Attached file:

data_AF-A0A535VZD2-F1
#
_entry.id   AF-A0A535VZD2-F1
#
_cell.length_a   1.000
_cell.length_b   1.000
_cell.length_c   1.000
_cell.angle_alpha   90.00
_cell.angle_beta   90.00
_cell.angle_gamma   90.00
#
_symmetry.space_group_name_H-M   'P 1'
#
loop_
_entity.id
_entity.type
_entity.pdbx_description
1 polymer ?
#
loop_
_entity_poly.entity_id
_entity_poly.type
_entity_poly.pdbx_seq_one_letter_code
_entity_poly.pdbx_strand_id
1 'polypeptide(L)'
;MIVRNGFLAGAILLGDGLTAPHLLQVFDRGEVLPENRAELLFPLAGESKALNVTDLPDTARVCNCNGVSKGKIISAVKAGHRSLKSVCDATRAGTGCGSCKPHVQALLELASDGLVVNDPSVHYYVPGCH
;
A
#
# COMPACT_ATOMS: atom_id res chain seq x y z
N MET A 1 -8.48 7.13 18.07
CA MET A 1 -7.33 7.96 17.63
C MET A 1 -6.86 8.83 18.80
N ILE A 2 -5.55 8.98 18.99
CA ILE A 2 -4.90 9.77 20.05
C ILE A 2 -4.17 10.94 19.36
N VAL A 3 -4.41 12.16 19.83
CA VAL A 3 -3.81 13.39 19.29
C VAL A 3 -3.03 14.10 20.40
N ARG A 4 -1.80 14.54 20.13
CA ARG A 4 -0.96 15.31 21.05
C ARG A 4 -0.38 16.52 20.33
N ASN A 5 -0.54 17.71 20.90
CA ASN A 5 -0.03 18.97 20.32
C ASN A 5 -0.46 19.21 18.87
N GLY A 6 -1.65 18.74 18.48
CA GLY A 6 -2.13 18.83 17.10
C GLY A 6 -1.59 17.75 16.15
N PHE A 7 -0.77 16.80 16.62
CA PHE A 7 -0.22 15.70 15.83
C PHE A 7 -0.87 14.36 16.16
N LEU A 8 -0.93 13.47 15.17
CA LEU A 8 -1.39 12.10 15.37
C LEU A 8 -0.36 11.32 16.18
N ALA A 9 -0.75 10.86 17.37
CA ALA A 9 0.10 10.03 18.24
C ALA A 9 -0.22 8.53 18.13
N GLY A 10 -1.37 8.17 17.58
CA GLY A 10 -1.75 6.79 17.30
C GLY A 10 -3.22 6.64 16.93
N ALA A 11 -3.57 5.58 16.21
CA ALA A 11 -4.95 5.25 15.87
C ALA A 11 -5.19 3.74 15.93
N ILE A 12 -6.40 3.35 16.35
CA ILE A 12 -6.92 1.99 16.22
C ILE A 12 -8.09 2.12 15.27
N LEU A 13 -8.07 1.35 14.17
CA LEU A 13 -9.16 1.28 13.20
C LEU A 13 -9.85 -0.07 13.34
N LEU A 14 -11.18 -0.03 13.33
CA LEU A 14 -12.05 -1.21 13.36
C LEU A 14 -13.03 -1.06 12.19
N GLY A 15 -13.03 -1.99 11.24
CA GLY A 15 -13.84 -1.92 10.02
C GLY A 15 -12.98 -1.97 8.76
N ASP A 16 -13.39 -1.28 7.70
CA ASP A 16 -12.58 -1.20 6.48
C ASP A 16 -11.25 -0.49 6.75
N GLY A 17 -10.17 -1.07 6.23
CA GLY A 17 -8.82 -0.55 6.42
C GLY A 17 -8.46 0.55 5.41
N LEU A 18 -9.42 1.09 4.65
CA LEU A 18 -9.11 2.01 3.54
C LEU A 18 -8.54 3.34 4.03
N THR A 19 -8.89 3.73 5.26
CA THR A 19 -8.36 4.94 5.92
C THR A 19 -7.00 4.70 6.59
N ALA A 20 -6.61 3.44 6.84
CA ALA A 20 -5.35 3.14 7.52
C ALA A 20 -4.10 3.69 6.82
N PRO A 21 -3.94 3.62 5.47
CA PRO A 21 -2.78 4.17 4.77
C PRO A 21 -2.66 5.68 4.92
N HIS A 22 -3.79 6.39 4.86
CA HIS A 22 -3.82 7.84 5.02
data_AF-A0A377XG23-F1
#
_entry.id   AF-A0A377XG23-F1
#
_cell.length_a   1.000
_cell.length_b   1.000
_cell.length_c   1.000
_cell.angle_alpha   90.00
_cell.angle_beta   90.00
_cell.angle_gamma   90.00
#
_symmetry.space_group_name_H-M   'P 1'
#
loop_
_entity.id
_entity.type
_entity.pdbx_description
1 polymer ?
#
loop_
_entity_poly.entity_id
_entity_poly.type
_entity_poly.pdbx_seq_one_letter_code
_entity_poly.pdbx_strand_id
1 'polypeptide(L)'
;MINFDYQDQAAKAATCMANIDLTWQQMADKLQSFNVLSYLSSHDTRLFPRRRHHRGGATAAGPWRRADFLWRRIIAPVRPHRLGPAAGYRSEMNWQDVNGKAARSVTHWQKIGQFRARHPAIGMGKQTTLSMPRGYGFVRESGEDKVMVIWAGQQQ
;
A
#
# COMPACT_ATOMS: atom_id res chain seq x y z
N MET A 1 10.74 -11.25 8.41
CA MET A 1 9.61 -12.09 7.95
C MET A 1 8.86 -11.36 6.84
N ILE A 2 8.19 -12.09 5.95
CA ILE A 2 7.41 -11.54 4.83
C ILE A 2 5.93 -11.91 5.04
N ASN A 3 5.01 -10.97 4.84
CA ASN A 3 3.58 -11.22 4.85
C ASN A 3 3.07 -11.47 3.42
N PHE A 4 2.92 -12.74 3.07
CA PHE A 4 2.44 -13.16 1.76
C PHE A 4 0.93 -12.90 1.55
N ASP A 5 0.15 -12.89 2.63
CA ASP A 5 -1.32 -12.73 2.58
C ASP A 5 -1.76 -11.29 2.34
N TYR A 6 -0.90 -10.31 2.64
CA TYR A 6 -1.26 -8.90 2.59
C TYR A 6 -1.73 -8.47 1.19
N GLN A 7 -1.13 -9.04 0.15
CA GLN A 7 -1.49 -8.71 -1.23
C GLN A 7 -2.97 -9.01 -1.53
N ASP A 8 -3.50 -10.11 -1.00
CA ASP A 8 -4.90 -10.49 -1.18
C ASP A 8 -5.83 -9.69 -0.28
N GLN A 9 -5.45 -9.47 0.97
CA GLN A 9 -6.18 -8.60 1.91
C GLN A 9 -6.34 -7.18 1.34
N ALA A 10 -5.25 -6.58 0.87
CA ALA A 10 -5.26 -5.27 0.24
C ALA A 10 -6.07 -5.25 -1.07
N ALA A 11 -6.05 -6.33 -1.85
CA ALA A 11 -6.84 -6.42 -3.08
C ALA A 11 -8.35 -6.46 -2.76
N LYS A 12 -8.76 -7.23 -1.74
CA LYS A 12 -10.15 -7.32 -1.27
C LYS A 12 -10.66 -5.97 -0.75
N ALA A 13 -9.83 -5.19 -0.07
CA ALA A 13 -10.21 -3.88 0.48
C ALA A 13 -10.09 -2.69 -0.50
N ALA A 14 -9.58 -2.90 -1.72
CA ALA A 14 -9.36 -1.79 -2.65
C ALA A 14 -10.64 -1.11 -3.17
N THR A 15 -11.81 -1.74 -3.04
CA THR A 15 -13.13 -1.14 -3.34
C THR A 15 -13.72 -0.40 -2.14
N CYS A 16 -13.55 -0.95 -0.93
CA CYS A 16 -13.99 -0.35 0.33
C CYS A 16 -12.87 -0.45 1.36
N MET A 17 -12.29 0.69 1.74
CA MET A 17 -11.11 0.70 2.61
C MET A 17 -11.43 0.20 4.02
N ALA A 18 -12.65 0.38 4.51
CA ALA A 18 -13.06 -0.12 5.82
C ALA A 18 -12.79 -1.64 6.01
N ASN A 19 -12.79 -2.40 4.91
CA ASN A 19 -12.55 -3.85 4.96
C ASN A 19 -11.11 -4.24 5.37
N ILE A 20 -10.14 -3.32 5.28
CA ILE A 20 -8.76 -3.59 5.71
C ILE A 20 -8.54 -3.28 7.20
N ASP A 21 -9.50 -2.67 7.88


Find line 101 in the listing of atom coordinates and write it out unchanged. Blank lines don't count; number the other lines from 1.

_cell.length_b   1.000